With the same loud enthusiasm that used to shake the walls of Harvard 1, James Phinney Baxter 3d, President of Williams and former professor of American History, opened a series of three lectures on "Anglo-American Relations Since the Civil War" in the New Lecture Hall last evening.
Speaking on "The Aftermath of the Civil War," President Baxter began by emphasizing that the background for present relations between the two countries has changed recently from what it had been after 1865. "Germany and Japan have achieved a position such as has been enjoyed by no nation since the time of Napoleon," he said, "and therefore we must realize that the international situation has changed radically from the conditions existent during the period to be covered by my first two lectures."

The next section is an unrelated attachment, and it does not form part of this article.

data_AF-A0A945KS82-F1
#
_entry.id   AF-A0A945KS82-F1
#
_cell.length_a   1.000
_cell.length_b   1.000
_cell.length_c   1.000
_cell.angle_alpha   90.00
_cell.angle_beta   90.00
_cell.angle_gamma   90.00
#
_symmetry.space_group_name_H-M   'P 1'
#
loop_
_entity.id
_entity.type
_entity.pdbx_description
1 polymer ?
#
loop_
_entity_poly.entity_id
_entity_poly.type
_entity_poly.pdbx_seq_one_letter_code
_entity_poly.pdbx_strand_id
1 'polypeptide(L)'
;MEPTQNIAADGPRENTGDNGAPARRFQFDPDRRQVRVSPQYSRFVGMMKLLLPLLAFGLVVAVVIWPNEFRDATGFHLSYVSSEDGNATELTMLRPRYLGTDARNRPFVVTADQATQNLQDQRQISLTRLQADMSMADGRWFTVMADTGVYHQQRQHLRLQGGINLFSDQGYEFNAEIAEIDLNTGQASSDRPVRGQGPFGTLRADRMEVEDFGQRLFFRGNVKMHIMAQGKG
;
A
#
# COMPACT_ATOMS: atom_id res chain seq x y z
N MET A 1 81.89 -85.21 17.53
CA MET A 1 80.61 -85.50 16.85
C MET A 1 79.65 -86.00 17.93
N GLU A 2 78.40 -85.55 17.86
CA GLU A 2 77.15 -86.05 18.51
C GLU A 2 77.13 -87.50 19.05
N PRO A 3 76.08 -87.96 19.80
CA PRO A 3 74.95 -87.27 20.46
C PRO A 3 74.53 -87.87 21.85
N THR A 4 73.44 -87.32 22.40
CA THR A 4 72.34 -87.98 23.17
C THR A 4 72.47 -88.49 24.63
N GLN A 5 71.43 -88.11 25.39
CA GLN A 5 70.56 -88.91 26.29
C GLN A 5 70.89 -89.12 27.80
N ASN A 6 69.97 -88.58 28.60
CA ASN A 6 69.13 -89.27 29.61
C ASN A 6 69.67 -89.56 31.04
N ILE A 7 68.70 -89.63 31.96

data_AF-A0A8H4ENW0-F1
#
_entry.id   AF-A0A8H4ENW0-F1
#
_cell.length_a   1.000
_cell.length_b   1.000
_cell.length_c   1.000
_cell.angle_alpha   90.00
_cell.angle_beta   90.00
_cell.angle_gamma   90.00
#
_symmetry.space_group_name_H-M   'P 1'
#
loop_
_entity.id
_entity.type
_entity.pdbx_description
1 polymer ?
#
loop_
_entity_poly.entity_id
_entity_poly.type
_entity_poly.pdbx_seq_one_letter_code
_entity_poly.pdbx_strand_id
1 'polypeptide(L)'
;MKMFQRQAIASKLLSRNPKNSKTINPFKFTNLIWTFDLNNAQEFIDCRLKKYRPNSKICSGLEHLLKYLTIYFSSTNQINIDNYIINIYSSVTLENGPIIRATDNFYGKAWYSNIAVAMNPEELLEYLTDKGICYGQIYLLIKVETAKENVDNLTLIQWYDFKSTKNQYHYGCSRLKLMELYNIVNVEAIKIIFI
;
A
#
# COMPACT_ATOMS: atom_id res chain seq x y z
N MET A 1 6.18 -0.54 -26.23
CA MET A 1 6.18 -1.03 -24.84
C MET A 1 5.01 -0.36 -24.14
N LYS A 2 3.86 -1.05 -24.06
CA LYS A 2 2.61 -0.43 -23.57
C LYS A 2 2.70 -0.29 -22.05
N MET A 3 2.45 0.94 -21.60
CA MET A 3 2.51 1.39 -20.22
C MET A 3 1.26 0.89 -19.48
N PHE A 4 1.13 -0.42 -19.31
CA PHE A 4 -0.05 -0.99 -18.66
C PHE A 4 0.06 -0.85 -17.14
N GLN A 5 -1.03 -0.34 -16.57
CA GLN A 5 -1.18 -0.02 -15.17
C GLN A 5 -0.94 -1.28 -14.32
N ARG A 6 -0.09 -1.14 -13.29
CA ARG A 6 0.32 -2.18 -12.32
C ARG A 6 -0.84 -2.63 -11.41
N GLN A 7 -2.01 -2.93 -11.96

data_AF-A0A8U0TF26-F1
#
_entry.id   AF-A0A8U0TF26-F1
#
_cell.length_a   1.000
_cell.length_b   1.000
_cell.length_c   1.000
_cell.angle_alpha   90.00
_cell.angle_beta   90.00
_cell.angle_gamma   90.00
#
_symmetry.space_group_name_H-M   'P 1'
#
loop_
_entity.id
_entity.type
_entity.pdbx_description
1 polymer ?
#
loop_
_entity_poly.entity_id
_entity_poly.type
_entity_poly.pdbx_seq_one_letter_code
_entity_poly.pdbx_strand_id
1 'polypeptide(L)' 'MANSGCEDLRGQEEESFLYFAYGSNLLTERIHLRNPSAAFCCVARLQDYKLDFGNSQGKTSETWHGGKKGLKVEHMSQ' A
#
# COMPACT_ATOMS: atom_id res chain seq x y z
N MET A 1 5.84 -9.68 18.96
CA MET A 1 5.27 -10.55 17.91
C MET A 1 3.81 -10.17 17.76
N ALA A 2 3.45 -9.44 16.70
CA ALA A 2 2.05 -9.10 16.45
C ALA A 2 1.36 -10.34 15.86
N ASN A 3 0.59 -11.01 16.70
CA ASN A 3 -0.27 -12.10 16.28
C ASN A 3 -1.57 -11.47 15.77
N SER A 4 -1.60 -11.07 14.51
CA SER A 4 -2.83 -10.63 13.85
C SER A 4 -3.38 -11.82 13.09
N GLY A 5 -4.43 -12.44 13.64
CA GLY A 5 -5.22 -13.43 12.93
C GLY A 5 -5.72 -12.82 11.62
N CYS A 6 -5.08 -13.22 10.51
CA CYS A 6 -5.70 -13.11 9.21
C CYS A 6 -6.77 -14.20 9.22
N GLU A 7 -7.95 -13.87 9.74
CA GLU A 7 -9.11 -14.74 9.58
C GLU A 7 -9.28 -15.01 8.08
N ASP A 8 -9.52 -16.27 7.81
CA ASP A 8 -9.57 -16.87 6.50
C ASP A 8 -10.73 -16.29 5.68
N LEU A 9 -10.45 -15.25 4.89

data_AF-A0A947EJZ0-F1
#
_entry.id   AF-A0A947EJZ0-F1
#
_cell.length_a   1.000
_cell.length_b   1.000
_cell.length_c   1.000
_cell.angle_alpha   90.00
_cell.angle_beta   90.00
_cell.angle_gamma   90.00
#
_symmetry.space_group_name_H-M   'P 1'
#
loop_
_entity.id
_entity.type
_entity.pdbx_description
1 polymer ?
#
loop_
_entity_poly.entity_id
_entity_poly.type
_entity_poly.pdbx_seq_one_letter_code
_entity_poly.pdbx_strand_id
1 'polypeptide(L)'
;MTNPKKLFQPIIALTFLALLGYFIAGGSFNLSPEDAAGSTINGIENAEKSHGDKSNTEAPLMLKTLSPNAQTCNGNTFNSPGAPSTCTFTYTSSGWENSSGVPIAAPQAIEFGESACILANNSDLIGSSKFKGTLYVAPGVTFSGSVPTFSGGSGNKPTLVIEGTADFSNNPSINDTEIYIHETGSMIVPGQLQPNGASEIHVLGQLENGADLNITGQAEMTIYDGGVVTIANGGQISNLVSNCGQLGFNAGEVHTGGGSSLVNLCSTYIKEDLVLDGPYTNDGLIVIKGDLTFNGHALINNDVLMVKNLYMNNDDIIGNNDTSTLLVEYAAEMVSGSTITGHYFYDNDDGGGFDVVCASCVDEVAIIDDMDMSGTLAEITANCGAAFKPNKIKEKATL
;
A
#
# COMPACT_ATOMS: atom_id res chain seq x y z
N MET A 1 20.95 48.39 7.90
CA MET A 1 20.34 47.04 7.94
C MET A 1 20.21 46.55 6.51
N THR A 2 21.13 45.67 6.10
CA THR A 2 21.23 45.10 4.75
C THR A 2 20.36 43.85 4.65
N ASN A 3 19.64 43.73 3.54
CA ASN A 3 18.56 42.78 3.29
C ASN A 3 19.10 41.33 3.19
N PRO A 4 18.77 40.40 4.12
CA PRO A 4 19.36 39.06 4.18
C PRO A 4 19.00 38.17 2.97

"Tonight I will deal with that great trench of hate dug between the two powers during the Civil War and the eventual settlement of differences in the following period until 1871."
Controversies over neutral rights and the mutual recrimination by newspapers in both countries were the two principal sources of ill feeling, he said. "Seward with an eye on the Irish vote and an ignorance of international law was apt to overplay his hand and mingle well founded protests at British violations with unjustified demands for concessions." Both nations realized that their actions would establish precedents for later diplomacy.